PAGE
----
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This morning brought the sad news that a Deputy US Marshall was murdered in the line of duty during a gun fight in Southeastern Georgia. Deputy Commander Patrick Carothers was shot and killed while attempting to apprehend a suspect wanted for the attempted murder of police officers in South Carolina.
Carothers’ death marks the 10th intentional killing (you might say “murder”) of a law enforcement officer in the United States in the Month of November this year. Nine of the 10 have been shot, while the 10th, a young Salt Lake City area officer, was intentionally run over during a pursuit. This already makes the bloodiest month of Thanksgiving for American cops since 1988 (page 24 of this link), when 11 officers were slain, and it is barely half over.
Sadly, this is not, by all evidence, an anomaly. In October nine officers were murdered on duty, including eight shot and a veteran Detroit officer who was run over. That marked the bloodiest October for law enforcement since 1999, a number that has only been eclipsed twice in 30 years. According to the Officer Down Memorial Page, there have been 57 officers shot to death this year, a 68% spike over 2015. Sixteen of those slayings were in mass, targeted killings of officers.
For comparison, the last 20 years, there have only been five other months with 10 or more officers killed (not counting 9/11). One of them was May of 2015, and one was this past July when the Dallas and Baton Rouge massacres pushed the count to 12, tying a 30-year record.
With Carothers’ death comes an indisputable and bloody pause in non-war on cops. What non-war on cops? Well, every anti-police activist and author has been quite insistent that there is no war on cops. Days after the massacre of Dallas and Baton Rouge killings, Reason Magazine went on a diatribe about the non-war on cops. Predictably, self-annointed police expert Radley Balko also proclaimed “there is no war on cops” last year. A cursory review of his Twitter feed and Washington Post archive reveals no mention of any recent police officer deaths, aside from the Dallas Massacre in July.
Days before that tragedy, Balko (who has no policing experience) opined that the shooting of Alton Sterling by Baton Rouge police officers was unnecessary because a man “who has a gun in his pocket is not a threat, particularly if he isn’t reaching for it.” Obviously Balko is unfamiliar with the case of Albuquerque Police Officer Daniel Webster. As the video of Webster’s murder last year demonstrates, Balko has no idea what he’s talking about. Which is interesting, since Albuquerque has been mentioned by Balko 38 times in the last three years, but not once in reference to Webster.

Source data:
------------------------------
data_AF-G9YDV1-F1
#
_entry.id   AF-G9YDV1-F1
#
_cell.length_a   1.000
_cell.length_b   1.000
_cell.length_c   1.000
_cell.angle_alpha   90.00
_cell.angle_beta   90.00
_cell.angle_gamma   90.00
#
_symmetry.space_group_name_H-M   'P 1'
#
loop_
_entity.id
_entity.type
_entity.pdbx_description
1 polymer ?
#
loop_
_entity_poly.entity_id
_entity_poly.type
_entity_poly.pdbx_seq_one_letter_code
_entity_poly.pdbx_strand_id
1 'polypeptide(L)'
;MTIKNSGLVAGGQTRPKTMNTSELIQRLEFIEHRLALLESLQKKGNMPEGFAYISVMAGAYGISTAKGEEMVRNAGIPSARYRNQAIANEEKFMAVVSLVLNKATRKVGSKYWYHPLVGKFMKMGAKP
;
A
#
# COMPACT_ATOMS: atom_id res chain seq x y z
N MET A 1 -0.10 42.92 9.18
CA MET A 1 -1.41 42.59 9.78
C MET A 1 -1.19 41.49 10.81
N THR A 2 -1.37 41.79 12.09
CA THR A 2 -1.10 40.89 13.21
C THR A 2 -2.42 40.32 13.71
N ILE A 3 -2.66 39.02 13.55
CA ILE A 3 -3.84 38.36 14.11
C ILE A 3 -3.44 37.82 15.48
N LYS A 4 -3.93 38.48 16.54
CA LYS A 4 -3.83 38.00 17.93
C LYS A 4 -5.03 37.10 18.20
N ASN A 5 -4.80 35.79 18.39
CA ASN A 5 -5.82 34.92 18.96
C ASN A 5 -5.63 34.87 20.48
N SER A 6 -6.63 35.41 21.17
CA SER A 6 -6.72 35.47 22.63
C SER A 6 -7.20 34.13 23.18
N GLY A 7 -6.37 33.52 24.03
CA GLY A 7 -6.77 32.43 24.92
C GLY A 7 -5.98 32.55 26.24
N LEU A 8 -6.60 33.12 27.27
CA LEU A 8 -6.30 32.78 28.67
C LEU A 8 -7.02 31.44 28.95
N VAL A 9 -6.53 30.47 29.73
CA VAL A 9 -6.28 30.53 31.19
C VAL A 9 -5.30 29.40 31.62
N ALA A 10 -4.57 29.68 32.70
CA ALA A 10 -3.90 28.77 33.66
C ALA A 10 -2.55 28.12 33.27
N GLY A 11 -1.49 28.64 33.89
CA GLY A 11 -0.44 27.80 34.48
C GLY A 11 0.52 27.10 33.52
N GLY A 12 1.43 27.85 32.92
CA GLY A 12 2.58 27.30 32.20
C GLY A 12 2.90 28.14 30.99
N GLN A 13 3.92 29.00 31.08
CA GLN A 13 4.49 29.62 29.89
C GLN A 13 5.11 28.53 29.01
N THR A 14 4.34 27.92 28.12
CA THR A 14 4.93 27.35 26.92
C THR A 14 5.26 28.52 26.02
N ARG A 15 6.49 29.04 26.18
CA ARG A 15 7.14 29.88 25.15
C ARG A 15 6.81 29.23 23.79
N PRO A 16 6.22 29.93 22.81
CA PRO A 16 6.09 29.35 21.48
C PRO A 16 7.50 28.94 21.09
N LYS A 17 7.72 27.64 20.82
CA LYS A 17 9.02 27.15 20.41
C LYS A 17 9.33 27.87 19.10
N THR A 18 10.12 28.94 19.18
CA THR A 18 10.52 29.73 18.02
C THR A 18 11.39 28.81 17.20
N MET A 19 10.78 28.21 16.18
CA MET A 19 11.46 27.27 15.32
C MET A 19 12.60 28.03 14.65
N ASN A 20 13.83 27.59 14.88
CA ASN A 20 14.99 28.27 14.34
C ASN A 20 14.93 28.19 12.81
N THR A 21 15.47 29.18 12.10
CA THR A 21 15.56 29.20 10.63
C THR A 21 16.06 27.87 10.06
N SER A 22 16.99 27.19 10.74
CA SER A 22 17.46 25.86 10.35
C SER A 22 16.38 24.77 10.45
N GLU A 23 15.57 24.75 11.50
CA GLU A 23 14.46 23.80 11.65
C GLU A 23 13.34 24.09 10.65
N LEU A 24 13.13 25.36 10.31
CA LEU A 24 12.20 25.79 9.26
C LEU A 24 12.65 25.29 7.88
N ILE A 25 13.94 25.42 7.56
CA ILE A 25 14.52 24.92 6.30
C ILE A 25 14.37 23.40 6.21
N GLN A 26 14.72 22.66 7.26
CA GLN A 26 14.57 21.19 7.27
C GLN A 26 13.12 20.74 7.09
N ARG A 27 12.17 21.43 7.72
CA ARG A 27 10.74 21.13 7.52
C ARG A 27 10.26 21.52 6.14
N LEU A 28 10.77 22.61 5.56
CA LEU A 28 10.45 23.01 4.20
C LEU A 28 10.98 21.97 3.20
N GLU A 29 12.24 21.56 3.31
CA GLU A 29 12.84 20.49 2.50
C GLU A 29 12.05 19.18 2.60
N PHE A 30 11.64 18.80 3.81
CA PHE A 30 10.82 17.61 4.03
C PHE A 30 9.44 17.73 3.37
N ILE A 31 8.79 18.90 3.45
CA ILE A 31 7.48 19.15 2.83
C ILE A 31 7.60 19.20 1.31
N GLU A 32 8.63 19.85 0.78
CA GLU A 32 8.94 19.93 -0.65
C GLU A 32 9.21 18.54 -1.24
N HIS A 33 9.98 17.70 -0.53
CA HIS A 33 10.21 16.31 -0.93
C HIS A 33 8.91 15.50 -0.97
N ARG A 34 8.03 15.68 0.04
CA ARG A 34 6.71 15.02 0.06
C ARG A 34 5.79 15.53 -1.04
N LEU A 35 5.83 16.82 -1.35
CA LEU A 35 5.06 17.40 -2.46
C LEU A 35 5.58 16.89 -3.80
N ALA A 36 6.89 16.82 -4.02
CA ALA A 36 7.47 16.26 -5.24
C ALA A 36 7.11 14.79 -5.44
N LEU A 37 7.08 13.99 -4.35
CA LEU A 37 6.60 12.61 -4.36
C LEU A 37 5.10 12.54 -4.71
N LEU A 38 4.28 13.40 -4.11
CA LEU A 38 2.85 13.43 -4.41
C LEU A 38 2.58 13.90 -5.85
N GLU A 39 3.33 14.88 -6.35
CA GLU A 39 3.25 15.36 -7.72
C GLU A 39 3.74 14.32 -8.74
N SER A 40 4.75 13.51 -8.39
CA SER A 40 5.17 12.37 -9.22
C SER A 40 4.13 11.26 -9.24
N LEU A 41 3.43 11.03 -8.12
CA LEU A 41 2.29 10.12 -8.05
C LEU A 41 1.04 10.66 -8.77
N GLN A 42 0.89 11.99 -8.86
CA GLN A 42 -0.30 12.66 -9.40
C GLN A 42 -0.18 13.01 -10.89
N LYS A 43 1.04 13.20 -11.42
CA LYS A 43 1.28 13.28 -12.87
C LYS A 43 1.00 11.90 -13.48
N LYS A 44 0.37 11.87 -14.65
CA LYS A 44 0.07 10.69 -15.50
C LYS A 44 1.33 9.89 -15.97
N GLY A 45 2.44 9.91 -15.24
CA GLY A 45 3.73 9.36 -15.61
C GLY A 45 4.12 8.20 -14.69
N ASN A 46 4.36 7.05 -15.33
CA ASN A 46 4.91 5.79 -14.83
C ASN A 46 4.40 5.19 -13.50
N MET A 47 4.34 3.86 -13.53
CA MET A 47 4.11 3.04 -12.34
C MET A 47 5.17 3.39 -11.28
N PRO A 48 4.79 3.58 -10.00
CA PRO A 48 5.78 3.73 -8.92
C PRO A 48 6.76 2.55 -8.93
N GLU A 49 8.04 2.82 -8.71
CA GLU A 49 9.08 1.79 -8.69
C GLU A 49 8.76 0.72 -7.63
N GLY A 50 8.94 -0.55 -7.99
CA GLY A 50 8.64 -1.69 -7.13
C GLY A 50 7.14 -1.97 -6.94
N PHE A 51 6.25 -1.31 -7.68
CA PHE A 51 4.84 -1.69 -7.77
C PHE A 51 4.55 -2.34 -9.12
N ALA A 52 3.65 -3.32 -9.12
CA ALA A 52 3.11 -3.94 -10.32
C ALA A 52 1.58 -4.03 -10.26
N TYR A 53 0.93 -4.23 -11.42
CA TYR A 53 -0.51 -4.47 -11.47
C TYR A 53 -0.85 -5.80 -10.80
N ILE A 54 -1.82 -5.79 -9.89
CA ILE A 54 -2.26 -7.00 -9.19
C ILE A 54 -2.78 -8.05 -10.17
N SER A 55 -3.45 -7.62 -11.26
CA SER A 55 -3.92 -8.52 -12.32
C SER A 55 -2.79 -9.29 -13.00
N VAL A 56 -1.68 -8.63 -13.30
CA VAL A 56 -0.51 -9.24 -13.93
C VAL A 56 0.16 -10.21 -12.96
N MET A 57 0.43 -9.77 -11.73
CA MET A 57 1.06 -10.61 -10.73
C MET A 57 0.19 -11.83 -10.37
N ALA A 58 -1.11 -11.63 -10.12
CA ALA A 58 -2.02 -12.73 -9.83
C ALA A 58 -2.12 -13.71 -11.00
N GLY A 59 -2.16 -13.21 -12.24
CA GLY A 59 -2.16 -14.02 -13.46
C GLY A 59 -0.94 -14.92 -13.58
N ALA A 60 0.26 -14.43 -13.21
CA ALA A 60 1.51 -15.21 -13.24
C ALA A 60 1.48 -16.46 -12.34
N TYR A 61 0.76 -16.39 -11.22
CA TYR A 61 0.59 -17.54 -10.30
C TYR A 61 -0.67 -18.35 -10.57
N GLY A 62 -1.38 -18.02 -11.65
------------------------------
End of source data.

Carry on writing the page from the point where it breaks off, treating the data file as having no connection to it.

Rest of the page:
Balko and the Reason crowd will tell you that there is no war on cops because policing is safer than it has been in decades. In some respects, that is true. Evolutions in tactics, technology and equipment have cut deaths of police officers by about half in the last 30 years. The number of officers shot to death has plunged from over 100 as recently as 1980 to just 39 last year.
But there is something rather unique about this accomplishment. The results of improved safety practices have resulted in police work being deemed not truly dangerous by anti-police activists such as Balko. They won’t come out and say it’s not dangerous. They’ll even pay it lip service. But what they will do is demand a rollback of the equipment and tactics that have reduced the effects of the dangerous situations cops face. No one would think to say “firemen aren’t getting burned as often as the 1980s, they oughtta take those jackets off.” Yet, that is exactly the attitude of many police reformers.
Of course, cops are not the only ones paying the price for the non-war on cops. The city of Chicago yesterday recorded its 700th homicide of the year, a spike of more than 50 percent over the 448 Chicagoans killed at this time last year. Despite the activists obsession with reforming the “violent” Chicago Police Department, less than one percent of those homicides were by the police, almost all of them unquestionably justified.
The last time Chicago saw more than 700 murders in a year was 1998, a the city exited a decade of enduring 700-900 murders per year.
Let us hope that this is a tragic blip for both cops and citizens alike, and not a return to bloody and sad days of decades past.